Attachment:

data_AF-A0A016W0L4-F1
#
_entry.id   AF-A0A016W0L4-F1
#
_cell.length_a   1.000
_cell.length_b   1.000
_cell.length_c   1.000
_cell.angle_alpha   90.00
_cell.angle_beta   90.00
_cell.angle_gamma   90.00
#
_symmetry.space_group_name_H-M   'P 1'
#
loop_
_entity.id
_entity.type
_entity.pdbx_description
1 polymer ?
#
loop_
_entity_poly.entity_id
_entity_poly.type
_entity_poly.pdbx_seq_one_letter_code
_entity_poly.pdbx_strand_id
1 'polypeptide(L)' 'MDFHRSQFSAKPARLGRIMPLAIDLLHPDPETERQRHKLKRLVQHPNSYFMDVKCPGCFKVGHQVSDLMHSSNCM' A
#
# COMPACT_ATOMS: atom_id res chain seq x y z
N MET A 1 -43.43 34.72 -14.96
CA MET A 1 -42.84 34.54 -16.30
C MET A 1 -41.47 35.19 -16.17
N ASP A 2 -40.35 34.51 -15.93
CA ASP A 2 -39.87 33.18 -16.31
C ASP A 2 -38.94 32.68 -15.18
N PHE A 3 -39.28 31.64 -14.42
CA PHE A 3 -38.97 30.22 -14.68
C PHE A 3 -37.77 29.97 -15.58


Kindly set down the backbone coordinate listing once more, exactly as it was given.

data_AF-A0A016W0L4-F1
#
_entry.id   AF-A0A016W0L4-F1
#
_cell.length_a   1.000
_cell.length_b   1.000
_cell.length_c   1.000
_cell.angle_alpha   90.00
_cell.angle_beta   90.00
_cell.angle_gamma   90.00
#
_symmetry.space_group_name_H-M   'P 1'
#
loop_
_entity.id
_entity.type
_entity.pdbx_description
1 polymer ?
#
loop_
_entity_poly.entity_id
_entity_poly.type
_entity_poly.pdbx_seq_one_letter_code
_entity_poly.pdbx_strand_id
1 'polypeptide(L)' 'MDFHRSQFSAKPARLGRIMPLAIDLLHPDPETERQRHKLKRLVQHPNSYFMDVKCPGCFKVGHQVSDLMHSSNCM' A
#
# COMPACT_ATOMS: atom_id res chain seq x y z
N MET A 1 -43.43 34.72 -14.96
CA MET A 1 -42.84 34.54 -16.30
C MET A 1 -41.47 35.19 -16.17
N ASP A 2 -40.35 34.51 -15.93
CA ASP A 2 -39.87 33.18 -16.31
C ASP A 2 -38.94 32.68 -15.18
N PHE A 3 -39.28 31.64 -14.42
CA PHE A 3 -38.97 30.22 -14.68
C PHE A 3 -37.77 29.97 -15.58